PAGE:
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Open Access Highly Accessed Project Note

Managing patients with dengue fever during an epidemic: the importance of a hydration tent and of a multidisciplinary approach

Alexandre R Marra1*, Gustavo Faissol Janot de Matos1, Renata Donato Janeri2, Patricia Sousa Machado1, Claudio Schvartsman3 and Oscar Fernando Pavão dos Santos1

Author Affiliations

1 Intensive Care Unit, Hospital Israelita Albert Einstein, São Paulo, Brazil

2 Emergency Department, Hospital Israelita Albert Einstein, São Paulo, Brazil

3 Pediatric Department, Hospital Israelita Albert Einstein, São Paulo, Brazil

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BMC Research Notes 2011, 4:335  doi:10.1186/1756-0500-4-335

Published: 8 September 2011



Dengue fever is one of the most common tropical diseases worldwide. Early detection of the disease, followed by intravenous fluid therapy in patients with dengue hemorrhagic fever (DHF) or with warning signs of dengue has a major impact on the prognosis. The purpose of this study is to describe the care provided in a hydration tent, including early detection, treatment, and serial follow-up of patients with dengue fever.


The analysis included all patients treated in the hydration tent from April 8 to May 9, 2008. The tent was set up inside the premises of the 2nd Military Firemen Group, located in Meier, a neighborhood in Rio de Janeiro, Brazil. The case form data were stored in a computerized database for subsequent assessment. Patients were referred to the tent from primary care units and from secondary city and state hospitals. The routine procedure consisted of an initial screening including vital signs (temperature, blood pressure, heart rate, and respiratory rate), tourniquet test and blood sampling for complete blood count. Over a 31-day period, 3,393 case recordings were seen at the hydration tent. The mean was 109 patients per day. A total of 2,102 initial visits and 1,291 return visits were conducted. Of the patients who returned to the hydration tent for reevaluation, 850 returned once, 230 returned twice, 114 returned three times, and 97 returned four times or more. Overall, 93 (5.3%) patients with DHF seen at the tent were transferred to a tertiary hospital. There were no deaths among these patients.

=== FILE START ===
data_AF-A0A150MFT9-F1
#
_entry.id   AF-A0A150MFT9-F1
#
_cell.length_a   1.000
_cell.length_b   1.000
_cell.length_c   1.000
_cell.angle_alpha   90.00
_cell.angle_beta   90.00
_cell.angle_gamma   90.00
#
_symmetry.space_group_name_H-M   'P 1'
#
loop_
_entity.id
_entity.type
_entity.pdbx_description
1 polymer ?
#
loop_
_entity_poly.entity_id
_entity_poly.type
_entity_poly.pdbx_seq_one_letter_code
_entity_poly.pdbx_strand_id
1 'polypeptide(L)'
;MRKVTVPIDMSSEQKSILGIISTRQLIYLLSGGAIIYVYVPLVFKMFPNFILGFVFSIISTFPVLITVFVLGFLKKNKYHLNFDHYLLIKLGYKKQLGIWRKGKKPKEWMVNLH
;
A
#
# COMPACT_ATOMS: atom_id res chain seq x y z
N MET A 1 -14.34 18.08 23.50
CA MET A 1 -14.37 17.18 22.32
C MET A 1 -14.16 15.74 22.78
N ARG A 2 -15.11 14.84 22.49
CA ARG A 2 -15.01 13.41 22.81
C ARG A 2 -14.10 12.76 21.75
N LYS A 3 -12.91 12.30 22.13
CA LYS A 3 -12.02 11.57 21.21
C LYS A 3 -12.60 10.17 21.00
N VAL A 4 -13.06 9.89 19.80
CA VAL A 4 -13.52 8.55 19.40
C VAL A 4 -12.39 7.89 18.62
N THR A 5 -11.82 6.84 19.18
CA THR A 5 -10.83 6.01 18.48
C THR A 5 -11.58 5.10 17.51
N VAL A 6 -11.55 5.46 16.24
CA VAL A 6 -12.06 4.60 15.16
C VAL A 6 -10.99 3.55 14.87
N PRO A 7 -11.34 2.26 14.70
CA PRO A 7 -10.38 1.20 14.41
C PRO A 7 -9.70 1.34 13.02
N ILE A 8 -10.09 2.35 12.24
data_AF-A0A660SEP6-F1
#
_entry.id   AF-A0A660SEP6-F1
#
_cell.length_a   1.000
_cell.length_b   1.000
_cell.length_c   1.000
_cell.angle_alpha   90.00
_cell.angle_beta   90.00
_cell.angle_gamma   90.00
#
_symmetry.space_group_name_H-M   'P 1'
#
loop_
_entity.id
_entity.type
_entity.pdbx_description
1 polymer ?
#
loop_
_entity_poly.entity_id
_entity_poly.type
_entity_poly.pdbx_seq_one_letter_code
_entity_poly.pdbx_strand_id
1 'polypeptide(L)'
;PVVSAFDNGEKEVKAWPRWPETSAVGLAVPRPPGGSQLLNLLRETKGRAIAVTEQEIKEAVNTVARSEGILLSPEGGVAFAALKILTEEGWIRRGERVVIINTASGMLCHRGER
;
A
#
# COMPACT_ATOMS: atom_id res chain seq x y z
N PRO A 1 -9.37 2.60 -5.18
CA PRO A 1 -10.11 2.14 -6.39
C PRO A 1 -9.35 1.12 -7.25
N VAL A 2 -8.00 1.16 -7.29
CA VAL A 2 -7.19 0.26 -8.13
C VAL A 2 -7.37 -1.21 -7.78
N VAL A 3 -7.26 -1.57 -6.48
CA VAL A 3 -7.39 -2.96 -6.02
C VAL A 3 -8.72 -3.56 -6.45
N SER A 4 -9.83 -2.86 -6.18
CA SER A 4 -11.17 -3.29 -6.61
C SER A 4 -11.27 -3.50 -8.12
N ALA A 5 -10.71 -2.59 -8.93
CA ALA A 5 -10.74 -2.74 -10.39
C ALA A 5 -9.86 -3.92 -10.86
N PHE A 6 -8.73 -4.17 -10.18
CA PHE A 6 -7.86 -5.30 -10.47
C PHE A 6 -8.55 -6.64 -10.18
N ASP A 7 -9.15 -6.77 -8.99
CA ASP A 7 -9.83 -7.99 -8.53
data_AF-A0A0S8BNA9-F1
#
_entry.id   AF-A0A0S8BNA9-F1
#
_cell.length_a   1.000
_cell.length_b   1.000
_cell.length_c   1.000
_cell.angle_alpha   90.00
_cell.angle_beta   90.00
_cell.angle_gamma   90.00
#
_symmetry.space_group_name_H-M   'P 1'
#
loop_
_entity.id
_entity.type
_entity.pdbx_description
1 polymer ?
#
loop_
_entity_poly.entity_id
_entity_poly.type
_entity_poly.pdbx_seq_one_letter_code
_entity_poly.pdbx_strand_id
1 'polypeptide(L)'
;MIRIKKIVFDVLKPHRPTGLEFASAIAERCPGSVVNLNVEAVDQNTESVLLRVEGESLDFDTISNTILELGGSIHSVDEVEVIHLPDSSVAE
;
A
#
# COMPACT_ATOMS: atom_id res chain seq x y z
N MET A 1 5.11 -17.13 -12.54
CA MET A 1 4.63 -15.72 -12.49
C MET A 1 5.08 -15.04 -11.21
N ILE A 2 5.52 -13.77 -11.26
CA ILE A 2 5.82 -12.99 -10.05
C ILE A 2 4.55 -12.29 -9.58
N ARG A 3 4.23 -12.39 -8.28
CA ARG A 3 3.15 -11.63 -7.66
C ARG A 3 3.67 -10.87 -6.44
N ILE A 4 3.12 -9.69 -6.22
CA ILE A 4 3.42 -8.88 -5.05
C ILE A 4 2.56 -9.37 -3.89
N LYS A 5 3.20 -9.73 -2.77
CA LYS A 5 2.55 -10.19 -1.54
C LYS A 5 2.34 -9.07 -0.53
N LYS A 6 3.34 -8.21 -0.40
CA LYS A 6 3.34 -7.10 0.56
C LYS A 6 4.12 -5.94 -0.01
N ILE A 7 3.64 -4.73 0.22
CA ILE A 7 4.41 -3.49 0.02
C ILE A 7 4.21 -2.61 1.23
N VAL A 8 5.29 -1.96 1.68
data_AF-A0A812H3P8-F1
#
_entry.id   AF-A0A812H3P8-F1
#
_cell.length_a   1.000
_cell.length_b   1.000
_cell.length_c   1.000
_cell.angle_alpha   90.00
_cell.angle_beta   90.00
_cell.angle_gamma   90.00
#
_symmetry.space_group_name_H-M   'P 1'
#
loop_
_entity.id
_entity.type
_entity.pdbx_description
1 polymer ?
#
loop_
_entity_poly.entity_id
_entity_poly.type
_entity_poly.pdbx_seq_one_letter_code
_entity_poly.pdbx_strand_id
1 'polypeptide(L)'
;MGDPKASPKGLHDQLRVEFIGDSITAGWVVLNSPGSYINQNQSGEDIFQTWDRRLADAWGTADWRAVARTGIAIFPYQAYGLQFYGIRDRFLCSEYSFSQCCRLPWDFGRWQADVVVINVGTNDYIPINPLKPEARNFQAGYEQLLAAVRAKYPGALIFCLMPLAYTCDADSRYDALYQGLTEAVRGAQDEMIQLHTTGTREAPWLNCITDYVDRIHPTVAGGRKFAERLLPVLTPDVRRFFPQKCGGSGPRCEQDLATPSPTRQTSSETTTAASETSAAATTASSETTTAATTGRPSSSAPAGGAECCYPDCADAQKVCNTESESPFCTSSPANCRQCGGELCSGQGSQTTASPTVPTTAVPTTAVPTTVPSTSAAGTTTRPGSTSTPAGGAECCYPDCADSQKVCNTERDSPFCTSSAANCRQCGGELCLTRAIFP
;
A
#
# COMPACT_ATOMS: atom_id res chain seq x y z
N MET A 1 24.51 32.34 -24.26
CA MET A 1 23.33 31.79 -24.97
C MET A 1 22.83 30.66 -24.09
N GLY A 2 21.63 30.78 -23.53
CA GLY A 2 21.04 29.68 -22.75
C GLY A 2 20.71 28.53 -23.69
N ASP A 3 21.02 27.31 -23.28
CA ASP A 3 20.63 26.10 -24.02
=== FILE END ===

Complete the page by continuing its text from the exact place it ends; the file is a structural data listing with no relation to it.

As the epidemics were already widespread and there were no technical conditions for routine serology, all cases of suspected dengue fever were treated as such. Implementing hydration tents decrease the number of dengue fever hospitalizations.